{Ep.012} Julie Duffy Dillon on the Word "Fat"

In this episode I talk to Julie Duffy Dillon. Julie is a registered dietitian and food behavior expert who wants to help you enjoy eating again. She combines her specialized nutrition therapy with her training as a mental health counselor to promote food and body peace. Julie owns a North Carolina group nutrition therapy practice helping individuals, families, and health care providers treat and prevent disordered eating and promote positive body image. She is also the host of the weekly podcast, Love Food. You can find out more about her and ways to experience Food Peace at JulieDillonRD.com and find her on Facebook, Instagram (@FoodPeaceDietitian), and Twitter (@EatingPermitRD).

Fed up with creating short-term diet plans for patients, Julie began questioning the idea of dieting altogether and decided it was time to take a different approach. This meant going against the mainstream belief that weight loss results in improved health and instead giving her clients permission to feel good in their skin just they way they are right now. Through her Health at Every Size (HAES) and weight neutral approach, Julie helps her clients experience health without dieting.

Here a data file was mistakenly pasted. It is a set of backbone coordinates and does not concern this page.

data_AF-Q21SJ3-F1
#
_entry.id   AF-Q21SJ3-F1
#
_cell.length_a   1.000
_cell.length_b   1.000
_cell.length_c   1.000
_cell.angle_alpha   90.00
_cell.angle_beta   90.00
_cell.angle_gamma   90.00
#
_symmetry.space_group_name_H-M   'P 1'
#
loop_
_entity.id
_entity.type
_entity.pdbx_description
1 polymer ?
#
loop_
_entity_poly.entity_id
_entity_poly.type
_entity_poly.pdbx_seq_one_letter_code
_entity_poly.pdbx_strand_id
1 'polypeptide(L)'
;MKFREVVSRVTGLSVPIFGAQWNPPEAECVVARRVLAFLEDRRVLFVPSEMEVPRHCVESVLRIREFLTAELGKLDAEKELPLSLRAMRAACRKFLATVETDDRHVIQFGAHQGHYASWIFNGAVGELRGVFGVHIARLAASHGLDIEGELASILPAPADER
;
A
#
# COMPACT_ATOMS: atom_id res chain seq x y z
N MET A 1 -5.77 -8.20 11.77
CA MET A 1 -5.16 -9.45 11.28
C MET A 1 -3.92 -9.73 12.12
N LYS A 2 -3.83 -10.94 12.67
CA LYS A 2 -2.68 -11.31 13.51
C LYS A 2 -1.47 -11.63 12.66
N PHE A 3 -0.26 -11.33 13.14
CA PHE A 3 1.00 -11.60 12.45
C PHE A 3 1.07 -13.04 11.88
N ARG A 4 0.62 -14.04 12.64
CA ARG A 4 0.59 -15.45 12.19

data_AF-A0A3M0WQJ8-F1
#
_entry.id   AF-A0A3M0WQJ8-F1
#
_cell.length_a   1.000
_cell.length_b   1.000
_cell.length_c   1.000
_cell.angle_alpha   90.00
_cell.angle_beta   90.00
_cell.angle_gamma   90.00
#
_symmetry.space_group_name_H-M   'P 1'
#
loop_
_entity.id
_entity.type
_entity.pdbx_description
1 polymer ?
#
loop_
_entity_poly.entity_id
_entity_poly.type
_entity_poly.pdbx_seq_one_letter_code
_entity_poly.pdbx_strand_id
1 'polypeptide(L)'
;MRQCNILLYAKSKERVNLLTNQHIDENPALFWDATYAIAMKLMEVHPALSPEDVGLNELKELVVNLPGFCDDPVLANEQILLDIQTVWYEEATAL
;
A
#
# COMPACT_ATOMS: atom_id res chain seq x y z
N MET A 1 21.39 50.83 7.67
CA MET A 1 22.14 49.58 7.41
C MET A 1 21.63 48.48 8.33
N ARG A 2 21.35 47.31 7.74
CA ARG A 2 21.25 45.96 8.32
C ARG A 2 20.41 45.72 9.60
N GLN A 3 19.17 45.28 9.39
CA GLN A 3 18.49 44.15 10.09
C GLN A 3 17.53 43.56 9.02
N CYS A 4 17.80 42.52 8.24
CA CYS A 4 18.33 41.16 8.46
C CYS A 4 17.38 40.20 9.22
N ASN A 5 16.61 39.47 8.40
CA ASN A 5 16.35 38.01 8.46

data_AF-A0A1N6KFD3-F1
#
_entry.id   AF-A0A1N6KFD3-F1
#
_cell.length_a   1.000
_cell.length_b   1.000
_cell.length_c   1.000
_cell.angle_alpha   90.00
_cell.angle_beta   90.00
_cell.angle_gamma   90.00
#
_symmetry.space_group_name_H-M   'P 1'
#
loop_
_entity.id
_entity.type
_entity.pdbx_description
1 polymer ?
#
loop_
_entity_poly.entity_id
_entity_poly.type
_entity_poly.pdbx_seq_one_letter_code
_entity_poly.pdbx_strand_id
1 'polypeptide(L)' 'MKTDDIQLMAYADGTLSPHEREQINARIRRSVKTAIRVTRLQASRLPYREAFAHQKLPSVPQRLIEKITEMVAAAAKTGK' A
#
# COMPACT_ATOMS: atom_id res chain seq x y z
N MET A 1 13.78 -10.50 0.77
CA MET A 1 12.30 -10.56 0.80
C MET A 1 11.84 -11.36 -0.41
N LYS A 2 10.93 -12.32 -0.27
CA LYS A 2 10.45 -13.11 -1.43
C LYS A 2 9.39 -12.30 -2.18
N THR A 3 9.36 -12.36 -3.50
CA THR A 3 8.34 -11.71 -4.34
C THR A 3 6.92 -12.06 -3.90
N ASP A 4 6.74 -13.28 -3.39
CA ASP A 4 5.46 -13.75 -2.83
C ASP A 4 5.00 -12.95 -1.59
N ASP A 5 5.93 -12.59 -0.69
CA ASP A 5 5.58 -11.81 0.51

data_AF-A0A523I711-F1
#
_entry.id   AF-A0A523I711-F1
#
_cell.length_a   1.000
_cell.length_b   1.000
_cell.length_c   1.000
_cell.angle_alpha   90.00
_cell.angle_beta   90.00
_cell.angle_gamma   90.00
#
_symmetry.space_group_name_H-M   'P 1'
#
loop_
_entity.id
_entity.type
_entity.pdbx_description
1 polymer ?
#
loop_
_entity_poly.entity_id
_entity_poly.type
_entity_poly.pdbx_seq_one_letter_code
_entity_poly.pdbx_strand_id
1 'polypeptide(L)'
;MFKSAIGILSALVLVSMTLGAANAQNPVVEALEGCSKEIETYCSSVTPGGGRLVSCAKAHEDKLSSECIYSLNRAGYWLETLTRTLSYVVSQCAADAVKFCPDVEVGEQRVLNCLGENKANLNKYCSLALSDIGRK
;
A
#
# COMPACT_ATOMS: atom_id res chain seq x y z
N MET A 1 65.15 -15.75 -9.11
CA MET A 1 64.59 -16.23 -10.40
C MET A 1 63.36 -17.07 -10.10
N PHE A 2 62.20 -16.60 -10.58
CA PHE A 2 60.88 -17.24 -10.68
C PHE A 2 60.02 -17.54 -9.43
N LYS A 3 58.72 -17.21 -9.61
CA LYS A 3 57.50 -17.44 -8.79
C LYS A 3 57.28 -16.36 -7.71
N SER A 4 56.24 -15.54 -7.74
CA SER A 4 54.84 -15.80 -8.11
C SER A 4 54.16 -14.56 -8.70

About halfway through our conversation I noted that Julie was referring to some clients as a “person in a larger body” or a “person in a fat body.” Consistent with her approach, Julie believes individuals should not be defined solely by the way their body looks. In an ideal world the word “fat” would be neutral descriptor and the stigma associated with words such as “obese” and “overweight” would be nonexistent.

Unfortunately, size discrimination is dominant in our culture, and the word “fat” has a negative association. But, we have the power to change how we use the word. Having fat on your body is not bad. It’s not good. It’s just what is. Julie emphasizes that this is not something we need to hide from our children either; your child can be fat and beautiful. Fat is not something that needs to be fixed, but rather viewed through a different lens. We need to armor our children with tools to view their body in more positive light, regardless of size, shape, or weight. 


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